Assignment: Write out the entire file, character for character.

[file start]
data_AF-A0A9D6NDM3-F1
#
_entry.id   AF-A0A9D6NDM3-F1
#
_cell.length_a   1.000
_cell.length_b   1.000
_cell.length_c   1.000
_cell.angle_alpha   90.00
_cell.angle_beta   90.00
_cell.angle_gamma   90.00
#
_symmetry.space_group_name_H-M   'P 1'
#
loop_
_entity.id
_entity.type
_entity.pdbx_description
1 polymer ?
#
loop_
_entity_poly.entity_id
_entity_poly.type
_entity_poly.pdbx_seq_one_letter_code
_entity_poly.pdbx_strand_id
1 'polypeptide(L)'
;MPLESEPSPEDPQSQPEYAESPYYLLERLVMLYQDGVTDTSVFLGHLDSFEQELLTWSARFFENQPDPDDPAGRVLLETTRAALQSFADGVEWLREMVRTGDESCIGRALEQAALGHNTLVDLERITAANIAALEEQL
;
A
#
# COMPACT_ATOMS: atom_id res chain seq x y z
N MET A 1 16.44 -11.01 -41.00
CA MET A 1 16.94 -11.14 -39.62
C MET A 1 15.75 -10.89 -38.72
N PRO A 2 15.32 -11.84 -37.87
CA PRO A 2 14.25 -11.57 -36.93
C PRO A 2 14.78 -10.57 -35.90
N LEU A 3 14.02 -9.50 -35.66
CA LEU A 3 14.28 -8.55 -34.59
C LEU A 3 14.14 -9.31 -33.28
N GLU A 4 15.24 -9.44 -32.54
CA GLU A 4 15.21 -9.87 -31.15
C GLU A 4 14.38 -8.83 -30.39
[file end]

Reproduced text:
data_AF-A0A9D6NDM3-F1
#
_entry.id   AF-A0A9D6NDM3-F1
#
_cell.length_a   1.000
_cell.length_b   1.000
_cell.length_c   1.000
_cell.angle_alpha   90.00
_cell.angle_beta   90.00
_cell.angle_gamma   90.00
#
_symmetry.space_group_name_H-M   'P 1'
#
loop_
_entity.id
_entity.type
_entity.pdbx_description
1 polymer ?
#
loop_
_entity_poly.entity_id
_entity_poly.type
_entity_poly.pdbx_seq_one_letter_code
_entity_poly.pdbx_strand_id
1 'polypeptide(L)'
;MPLESEPSPEDPQSQPEYAESPYYLLERLVMLYQDGVTDTSVFLGHLDSFEQELLTWSARFFENQPDPDDPAGRVLLETTRAALQSFADGVEWLREMVRTGDESCIGRALEQAALGHNTLVDLERITAANIAALEEQL
;
A
#
# COMPACT_ATOMS: atom_id res chain seq x y z
N MET A 1 16.44 -11.01 -41.00
CA MET A 1 16.94 -11.14 -39.62
C MET A 1 15.75 -10.89 -38.72
N PRO A 2 15.32 -11.84 -37.87
CA PRO A 2 14.25 -11.57 -36.93
C PRO A 2 14.78 -10.57 -35.90
N LEU A 3 14.02 -9.50 -35.66
CA LEU A 3 14.28 -8.55 -34.59
C LEU A 3 14.14 -9.31 -33.28
N GLU A 4 15.24 -9.44 -32.54
CA GLU A 4 15.21 -9.87 -31.15
C GLU A 4 14.38 -8.83 -30.39